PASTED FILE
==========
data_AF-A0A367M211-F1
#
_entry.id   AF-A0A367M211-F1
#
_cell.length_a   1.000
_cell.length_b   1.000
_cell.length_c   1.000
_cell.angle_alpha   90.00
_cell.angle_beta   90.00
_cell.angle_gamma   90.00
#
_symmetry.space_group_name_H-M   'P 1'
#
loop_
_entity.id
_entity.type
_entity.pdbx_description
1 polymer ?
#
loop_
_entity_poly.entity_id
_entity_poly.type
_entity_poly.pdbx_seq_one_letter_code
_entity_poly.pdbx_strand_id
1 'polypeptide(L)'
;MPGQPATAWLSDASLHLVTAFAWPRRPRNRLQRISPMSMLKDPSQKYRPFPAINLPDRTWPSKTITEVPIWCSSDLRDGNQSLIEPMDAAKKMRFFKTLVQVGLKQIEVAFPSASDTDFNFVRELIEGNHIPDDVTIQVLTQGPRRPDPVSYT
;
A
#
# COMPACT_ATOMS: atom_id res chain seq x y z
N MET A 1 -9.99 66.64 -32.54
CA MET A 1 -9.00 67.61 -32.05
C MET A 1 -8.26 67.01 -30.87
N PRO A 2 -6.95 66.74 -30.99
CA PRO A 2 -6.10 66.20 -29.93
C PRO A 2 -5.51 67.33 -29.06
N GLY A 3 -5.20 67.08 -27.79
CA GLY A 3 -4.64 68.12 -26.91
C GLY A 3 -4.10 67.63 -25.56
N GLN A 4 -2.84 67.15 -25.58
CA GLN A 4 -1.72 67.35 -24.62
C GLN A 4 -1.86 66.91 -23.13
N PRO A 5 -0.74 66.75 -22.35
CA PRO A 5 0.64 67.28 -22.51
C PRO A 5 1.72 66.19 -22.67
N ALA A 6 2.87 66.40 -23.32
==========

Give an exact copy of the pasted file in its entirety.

data_AF-A0A367M211-F1
#
_entry.id   AF-A0A367M211-F1
#
_cell.length_a   1.000
_cell.length_b   1.000
_cell.length_c   1.000
_cell.angle_alpha   90.00
_cell.angle_beta   90.00
_cell.angle_gamma   90.00
#
_symmetry.space_group_name_H-M   'P 1'
#
loop_
_entity.id
_entity.type
_entity.pdbx_description
1 polymer ?
#
loop_
_entity_poly.entity_id
_entity_poly.type
_entity_poly.pdbx_seq_one_letter_code
_entity_poly.pdbx_strand_id
1 'polypeptide(L)'
;MPGQPATAWLSDASLHLVTAFAWPRRPRNRLQRISPMSMLKDPSQKYRPFPAINLPDRTWPSKTITEVPIWCSSDLRDGNQSLIEPMDAAKKMRFFKTLVQVGLKQIEVAFPSASDTDFNFVRELIEGNHIPDDVTIQVLTQGPRRPDPVSYT
;
A
#
# COMPACT_ATOMS: atom_id res chain seq x y z
N MET A 1 -9.99 66.64 -32.54
CA MET A 1 -9.00 67.61 -32.05
C MET A 1 -8.26 67.01 -30.87
N PRO A 2 -6.95 66.74 -30.99
CA PRO A 2 -6.10 66.20 -29.93
C PRO A 2 -5.51 67.33 -29.06
N GLY A 3 -5.20 67.08 -27.79
CA GLY A 3 -4.64 68.12 -26.91
C GLY A 3 -4.10 67.63 -25.56
N GLN A 4 -2.84 67.15 -25.58
CA GLN A 4 -1.72 67.35 -24.62
C GLN A 4 -1.86 66.91 -23.13
N PRO A 5 -0.74 66.75 -22.35
CA PRO A 5 0.64 67.28 -22.51
C PRO A 5 1.72 66.19 -22.67
N ALA A 6 2.87 66.40 -23.32